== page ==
People are most depressed in middle age, research on two million people from 80 nations finds.
In the US, the risk of depression peaks at around 40-years-old for men and around 50-years-old for women.
In the UK, the highest probability of being depressed is at age 44.
The causes of mid-life depression are hard to explain, as they happen to all kinds of people.
For example, it doesn’t seem to be related to marriage, divorce or having (or not having) children.
Professor Andrew Oswald, study co-author, explained:
“Some people suffer more than others but in our data the average effect is large.
It happens to men and women, to single and married people, to rich and poor, and to those with and without children.
Nobody knows why we see this consistency.”
The researchers found a U-shaped curve between happiness and age.
In other words, people were happiest when they were young and old, but their happiness dropped in between.
Professor Oswald said:
“What causes this apparently U-shaped curve, and its similar shape in different parts of the developed and even often developing world, is unknown.
However, one possibility is that individuals learn to adapt to their strengths and weaknesses, and in mid-life quell their infeasible aspirations.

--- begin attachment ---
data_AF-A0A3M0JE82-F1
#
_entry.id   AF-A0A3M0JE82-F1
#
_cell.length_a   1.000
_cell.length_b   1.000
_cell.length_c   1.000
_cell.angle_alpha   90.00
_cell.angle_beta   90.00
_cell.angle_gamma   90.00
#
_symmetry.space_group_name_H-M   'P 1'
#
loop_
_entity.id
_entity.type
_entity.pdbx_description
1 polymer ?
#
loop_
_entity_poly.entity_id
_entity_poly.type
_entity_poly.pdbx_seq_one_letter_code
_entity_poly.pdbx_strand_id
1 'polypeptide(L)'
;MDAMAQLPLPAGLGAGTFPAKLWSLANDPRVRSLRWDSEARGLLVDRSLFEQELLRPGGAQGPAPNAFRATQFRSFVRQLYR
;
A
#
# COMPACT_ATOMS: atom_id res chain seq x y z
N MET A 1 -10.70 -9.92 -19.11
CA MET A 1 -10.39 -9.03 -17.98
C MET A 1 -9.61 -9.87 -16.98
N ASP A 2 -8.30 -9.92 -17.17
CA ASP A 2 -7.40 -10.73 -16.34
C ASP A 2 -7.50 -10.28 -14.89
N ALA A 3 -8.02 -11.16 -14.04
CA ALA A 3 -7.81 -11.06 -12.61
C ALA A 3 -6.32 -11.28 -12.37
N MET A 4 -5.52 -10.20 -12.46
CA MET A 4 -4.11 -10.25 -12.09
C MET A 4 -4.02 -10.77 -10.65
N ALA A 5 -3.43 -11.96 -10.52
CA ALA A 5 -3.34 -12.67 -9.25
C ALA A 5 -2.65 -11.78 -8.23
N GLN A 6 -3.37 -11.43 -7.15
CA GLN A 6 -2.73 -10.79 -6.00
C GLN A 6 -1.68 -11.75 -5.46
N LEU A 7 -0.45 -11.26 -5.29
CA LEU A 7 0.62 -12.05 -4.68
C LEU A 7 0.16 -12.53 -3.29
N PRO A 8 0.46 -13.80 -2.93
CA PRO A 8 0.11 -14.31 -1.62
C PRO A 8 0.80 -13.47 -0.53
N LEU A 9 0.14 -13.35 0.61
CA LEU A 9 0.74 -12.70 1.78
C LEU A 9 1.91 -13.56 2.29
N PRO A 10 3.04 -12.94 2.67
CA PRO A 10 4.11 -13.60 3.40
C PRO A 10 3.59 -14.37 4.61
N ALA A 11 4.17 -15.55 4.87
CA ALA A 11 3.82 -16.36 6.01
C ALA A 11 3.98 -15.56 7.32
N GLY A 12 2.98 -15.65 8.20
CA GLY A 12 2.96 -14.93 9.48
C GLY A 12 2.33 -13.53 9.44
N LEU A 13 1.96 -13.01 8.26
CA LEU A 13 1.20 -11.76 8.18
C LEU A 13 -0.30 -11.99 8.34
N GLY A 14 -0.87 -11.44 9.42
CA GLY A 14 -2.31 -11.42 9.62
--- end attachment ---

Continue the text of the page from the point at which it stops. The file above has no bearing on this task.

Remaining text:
Another possibility is that cheerful people live systematically longer.
A third possibility is that a kind of comparison process is at work in which people have seen similar-aged peers die and value more their own remaining years.
Perhaps people somehow learn to count their blessings.”
Professor Oswald said that those living to 70-years-old and beyond could look forward to feeling as happy as a 20-year-old, on average:
“It looks from the data like something happens deep inside humans.
For the average person in the modern world, the dip in mental health and happiness comes on slowly, not suddenly in a single year.
Only in their 50s do most people emerge from the low period.
But encouragingly, by the time you are 70, if you are still physically fit then on average you are as happy and mentally healthy as a 20 year old.
Perhaps realizing that such feelings are completely normal in midlife might even help individuals survive this phase better.”
About the author
Psychologist, Jeremy Dean, PhD is the founder and author of PsyBlog. He holds a doctorate in psychology from University College London and two other advanced degrees in psychology.
He has been writing about scientific research on PsyBlog since 2004. He is also the author of the book “Making Habits, Breaking Habits” (Da Capo, 2003) and several ebooks:
- Accept Yourself: How to feel a profound sense of warmth and self-compassion
- The Anxiety Plan: 42 Strategies For Worry, Phobias, OCD and Panic
- Spark: 17 Steps That Will Boost Your Motivation For Anything
- Activate: How To Find Joy Again By Changing What You Do
The study was published in the journal Social Science & Medicine (Blanchflower & Oswald, 2008).